IBM has announced a milestone in its race against Google and other big tech firms to build a powerful quantum computer.

Dario Gil, who leads IBM's quantum computing and artificial intelligence research division, said Friday that the company's scientists have successfully built and measured a processor prototype with 50 quantum bits, known as qubits.

Gil says it's the first time any company has built a quantum computer at this scale.

Quantum computing, a technology that's still in its early phases, uses the quirks of quantum physics to perform calculations at far higher speeds than current computers.

Seth Lloyd, an MIT mechanical engineering professor not involved in IBM's research, says it's likely that IBM still has glitches to work out but the 50-qubit announcement is a sign of significant progress.

**Explore further:**
Volkswagen, Google cooperate on quantum computing research

**More information:**
IBM press release: www-03.ibm.com/press/us/en/pressrelease/53374.wss

IBM Q: www.research.ibm.com/ibm-q/

## flashgordon

## Parsec

## CubicAdjunct747

It only has 90 microseconds of stable "up time" so not very big at this time.

## javjav

In a quantum computer prime numbers are obtained by sampling (measuring) the output. Stability time is not a big issue because you only need to run the algorithm one time, from that point then every time you measure the output you will get a prime number (a random one, with as many bits as dedicated for data ). Unfortunately 50 bits is not enough to get unknown primes. But it can be invaluable as a proof of concept

## Da Schneib

@javjav, that's about correct. However DWAVE has demonstrated a 2048 bit quantum annealer so it's years not decades away.

## Da Schneib

## luke_w_bradley

## Da Schneib

## howhot3

## Da Schneib

50 qubits is 50 quantum values.

## Whydening Gyre

Which we won't know until we look at them...:-)

Spooky computing at a distance...

## Da Schneib

Found something interesting, a categorical listing of the currently known quantum algorithms: http://math.nist....tum/zoo/

## rrrander

## Da Schneib

## derphys

The microscopic quantum complexity is dramatically more than the classical complexity.of the macroscopic world.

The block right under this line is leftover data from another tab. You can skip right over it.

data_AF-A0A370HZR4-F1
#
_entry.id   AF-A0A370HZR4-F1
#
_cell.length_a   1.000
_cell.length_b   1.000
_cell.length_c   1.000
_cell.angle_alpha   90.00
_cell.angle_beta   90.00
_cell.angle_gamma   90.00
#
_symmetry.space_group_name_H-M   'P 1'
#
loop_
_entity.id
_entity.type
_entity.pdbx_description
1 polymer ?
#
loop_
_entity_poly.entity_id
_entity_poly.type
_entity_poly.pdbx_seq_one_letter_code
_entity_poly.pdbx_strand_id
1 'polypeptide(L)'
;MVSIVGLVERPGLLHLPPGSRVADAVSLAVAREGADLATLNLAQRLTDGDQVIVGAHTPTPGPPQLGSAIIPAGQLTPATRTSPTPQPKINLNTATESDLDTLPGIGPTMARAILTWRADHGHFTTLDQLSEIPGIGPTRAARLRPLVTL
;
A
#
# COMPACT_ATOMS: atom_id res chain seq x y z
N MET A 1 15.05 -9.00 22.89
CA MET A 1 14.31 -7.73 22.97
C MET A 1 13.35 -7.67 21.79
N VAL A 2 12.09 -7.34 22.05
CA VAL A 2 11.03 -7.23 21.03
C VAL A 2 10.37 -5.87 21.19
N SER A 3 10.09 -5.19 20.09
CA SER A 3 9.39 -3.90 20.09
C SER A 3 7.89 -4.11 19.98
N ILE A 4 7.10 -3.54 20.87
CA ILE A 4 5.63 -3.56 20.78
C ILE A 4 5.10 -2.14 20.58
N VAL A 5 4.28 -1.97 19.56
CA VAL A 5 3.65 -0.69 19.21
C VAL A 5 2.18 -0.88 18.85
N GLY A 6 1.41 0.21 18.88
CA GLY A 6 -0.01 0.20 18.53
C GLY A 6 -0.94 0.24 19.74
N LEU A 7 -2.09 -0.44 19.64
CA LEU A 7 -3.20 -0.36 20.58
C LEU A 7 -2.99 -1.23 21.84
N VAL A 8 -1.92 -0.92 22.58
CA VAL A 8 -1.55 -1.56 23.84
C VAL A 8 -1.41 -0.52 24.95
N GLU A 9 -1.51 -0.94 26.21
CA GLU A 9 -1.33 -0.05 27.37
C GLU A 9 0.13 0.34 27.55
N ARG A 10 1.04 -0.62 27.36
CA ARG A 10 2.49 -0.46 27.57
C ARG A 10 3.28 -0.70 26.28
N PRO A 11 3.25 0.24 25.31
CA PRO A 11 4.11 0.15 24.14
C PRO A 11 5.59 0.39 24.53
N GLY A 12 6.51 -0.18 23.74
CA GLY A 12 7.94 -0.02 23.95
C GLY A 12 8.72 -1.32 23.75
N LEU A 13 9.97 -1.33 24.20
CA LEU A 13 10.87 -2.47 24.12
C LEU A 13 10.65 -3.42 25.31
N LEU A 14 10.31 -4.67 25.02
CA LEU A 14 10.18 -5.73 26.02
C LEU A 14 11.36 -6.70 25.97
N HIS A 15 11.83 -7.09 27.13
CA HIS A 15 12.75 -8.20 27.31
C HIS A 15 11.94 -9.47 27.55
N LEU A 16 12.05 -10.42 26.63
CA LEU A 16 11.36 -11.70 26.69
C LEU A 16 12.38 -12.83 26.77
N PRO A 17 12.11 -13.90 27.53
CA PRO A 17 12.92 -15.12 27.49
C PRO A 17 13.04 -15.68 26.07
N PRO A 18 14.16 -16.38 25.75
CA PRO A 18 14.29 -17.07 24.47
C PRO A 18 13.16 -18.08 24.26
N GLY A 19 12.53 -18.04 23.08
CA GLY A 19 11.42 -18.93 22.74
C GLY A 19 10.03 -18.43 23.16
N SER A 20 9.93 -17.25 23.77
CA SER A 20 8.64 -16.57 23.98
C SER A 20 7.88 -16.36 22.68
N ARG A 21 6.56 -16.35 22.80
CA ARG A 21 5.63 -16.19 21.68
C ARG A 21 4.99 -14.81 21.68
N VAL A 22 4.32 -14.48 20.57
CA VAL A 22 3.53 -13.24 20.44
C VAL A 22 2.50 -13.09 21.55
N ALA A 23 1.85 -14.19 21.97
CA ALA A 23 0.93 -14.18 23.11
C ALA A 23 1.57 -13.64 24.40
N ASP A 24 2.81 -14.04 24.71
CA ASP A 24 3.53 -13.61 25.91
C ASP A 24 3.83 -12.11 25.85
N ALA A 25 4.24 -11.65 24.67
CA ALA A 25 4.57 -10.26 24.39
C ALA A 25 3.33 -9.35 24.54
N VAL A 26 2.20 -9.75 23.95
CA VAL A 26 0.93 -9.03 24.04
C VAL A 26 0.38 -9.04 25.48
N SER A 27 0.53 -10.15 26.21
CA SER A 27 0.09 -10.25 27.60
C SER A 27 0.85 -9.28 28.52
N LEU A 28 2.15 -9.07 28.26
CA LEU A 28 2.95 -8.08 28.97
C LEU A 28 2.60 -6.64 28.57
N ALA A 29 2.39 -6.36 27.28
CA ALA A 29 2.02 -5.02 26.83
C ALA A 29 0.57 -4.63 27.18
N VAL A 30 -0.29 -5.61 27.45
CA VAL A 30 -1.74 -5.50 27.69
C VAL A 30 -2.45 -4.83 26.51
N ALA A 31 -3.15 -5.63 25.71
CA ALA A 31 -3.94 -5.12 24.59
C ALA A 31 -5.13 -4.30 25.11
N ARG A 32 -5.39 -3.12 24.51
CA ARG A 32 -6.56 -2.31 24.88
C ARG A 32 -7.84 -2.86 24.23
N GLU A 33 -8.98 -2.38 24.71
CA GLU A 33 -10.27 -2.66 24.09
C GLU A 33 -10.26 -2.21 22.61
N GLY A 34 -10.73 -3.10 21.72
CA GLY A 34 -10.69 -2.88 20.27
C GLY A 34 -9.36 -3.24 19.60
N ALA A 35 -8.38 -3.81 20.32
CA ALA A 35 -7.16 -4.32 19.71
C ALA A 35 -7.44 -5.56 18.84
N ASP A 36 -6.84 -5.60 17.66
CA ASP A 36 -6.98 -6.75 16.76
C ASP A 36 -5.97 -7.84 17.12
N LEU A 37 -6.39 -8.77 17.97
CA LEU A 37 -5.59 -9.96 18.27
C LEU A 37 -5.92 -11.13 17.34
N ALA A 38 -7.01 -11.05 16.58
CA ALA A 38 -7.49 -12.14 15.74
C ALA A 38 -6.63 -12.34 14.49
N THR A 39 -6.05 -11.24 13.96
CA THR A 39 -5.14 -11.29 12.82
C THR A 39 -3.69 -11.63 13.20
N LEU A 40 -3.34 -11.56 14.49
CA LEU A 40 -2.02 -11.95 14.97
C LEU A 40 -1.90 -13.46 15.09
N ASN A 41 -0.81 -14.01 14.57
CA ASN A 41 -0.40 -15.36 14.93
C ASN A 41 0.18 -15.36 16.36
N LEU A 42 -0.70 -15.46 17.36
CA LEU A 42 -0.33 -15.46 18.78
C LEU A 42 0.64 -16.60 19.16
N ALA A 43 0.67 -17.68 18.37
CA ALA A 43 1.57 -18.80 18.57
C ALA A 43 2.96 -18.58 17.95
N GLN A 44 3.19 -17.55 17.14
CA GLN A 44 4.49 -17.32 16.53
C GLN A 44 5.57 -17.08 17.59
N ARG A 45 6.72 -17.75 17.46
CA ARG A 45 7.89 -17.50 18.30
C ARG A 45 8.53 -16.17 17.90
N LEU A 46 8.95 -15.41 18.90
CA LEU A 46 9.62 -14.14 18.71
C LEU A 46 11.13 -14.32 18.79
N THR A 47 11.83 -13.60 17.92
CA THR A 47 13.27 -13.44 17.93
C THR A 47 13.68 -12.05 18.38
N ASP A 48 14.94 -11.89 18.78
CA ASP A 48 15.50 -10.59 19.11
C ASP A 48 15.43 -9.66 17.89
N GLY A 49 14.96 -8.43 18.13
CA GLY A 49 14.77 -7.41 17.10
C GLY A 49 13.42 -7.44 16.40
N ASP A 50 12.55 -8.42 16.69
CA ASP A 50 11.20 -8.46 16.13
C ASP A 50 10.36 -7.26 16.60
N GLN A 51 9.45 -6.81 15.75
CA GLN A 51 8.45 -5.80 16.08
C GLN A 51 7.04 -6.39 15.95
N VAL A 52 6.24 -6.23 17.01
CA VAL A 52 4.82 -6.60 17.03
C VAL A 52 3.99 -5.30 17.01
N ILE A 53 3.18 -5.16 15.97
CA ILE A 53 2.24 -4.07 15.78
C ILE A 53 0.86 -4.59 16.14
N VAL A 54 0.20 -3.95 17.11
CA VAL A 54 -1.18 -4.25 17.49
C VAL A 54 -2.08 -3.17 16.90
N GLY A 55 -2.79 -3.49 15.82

Quantum computers are necessary to simulate and understand our real microscopic quantum world, like complex superconductors, superfluids, magnetism, quarks.

As explained by Deutsch, any useful quantum computer calculating on many parallel micro-worlds ( 10¨512 with 512 qubits ) will prove the existence of parallel universes to our universe

## derphys

error read 2¨512 with 512 qubits, 2 not 10 or 10¨51 rouhgly !!!!

With 10 times qubits than this IBM quantum computer, it calculates as over 2 power 512 parallel classical computers to give at random one of the ending statistical possibilities.

"That's more calculations than there are atoms in the universe, by many orders of magnitude. "

https://www.flick...9089904/

## Whydening Gyre

That WAS interesting.

And since I had no clue as to what I was reading. it became even SPOOKIER from a distance...:-)

But - I didn't know that until I looked at it...:-)

Funny how it all comes around full circle...

## ab6pn

## NeutronicallyRepulsive

## Parsec

What you say is beside the point. The only relevant point is that no matter what it is, any competent CS knows how to find the information necessary to get educated on anything.

## Da Schneib

This don't work like that.

## Whydening Gyre

Looks like a windchime I make....

## pulsar8472

## SwamiOnTheMountain